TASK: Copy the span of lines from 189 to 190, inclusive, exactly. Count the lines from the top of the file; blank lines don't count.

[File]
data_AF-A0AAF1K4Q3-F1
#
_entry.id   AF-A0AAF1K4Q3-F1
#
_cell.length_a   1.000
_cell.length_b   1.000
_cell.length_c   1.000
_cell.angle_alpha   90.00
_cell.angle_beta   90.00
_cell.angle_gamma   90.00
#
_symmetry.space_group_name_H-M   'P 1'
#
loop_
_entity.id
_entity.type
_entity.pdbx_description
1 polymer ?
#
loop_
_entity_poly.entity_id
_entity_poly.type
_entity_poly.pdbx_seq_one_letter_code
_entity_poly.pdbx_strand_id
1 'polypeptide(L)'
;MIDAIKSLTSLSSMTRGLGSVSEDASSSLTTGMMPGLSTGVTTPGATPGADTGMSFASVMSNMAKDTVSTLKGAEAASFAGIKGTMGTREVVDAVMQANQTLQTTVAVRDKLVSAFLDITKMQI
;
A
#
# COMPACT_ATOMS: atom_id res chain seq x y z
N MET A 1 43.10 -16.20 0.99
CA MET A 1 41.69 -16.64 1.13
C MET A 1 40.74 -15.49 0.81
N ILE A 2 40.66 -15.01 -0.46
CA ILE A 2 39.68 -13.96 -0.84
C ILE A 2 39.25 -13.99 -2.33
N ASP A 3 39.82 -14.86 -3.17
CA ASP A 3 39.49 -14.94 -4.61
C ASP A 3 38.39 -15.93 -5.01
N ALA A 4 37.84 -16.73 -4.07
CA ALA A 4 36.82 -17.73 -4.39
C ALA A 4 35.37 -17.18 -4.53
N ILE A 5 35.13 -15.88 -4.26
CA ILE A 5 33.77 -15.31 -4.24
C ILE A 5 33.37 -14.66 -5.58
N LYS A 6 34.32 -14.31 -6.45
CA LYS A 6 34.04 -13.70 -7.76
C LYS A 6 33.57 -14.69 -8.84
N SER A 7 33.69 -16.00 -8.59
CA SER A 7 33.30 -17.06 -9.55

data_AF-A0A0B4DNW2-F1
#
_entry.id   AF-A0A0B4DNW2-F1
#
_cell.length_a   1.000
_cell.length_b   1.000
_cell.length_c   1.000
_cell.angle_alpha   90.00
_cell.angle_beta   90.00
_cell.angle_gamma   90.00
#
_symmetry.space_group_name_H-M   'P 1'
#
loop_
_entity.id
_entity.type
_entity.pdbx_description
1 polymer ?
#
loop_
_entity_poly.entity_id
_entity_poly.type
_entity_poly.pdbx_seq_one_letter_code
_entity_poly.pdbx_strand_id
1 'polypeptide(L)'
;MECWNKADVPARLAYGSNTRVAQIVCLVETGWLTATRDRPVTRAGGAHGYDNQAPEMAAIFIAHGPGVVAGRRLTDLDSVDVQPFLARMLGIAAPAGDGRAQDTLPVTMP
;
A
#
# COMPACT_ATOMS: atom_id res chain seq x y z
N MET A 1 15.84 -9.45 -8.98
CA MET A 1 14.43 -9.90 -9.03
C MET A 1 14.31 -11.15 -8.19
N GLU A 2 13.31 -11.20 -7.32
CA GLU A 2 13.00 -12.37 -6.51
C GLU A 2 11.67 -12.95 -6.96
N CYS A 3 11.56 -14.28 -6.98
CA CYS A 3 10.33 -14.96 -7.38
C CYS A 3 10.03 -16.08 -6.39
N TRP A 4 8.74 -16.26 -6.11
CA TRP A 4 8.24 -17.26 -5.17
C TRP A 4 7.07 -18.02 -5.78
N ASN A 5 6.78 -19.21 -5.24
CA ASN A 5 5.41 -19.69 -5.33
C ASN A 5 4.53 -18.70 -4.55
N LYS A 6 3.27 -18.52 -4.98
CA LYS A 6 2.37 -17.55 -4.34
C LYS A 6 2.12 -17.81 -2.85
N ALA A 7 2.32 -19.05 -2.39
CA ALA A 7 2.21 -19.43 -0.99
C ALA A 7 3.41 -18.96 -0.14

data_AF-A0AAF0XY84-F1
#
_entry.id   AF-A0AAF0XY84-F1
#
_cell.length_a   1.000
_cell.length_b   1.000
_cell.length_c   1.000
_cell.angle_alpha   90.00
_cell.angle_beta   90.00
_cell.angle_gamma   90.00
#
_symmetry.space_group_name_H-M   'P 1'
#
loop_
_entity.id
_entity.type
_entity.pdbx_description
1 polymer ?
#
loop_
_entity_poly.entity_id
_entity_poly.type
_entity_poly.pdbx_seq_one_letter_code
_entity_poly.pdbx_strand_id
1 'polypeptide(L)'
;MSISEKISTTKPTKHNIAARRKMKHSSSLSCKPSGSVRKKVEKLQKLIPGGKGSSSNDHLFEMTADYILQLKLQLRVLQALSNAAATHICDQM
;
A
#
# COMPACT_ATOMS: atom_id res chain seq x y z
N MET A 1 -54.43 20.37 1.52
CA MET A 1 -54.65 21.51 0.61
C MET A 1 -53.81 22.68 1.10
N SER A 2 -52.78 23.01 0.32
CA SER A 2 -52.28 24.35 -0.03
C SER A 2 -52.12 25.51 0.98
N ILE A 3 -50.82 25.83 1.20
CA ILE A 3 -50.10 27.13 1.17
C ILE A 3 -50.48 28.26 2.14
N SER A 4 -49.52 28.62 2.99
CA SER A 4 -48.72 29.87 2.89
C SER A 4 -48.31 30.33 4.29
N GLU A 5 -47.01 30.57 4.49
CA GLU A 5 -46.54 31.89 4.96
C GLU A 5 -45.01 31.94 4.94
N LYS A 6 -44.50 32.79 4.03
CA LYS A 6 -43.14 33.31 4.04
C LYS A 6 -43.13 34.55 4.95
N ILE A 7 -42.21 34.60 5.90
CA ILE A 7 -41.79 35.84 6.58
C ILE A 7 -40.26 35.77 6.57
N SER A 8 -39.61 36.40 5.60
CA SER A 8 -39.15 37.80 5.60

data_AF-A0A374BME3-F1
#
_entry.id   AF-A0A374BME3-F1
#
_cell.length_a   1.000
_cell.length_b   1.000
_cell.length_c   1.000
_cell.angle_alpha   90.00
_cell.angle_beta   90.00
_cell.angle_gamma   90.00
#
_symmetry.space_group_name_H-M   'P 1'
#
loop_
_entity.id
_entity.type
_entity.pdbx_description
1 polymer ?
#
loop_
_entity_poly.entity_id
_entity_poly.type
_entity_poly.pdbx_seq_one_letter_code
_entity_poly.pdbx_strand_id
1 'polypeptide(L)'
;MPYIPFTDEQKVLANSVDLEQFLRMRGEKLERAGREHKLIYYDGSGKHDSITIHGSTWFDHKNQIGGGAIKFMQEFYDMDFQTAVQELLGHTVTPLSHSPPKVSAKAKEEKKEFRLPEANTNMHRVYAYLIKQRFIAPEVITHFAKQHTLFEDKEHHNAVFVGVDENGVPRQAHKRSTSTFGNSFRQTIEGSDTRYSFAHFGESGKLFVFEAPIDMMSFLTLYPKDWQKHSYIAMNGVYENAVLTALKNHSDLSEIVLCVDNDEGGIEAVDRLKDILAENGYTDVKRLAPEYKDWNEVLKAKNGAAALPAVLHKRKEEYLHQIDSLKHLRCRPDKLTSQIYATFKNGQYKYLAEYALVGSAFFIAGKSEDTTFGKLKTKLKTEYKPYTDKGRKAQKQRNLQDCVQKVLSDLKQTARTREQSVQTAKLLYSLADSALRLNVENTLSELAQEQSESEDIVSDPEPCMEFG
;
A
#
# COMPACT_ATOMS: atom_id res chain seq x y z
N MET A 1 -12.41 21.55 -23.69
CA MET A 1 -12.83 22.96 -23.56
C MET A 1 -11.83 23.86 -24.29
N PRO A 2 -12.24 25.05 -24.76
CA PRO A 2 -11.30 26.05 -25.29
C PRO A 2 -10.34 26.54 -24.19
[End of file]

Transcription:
CA PRO A 2 -11.30 26.05 -25.29
C PRO A 2 -10.34 26.54 -24.19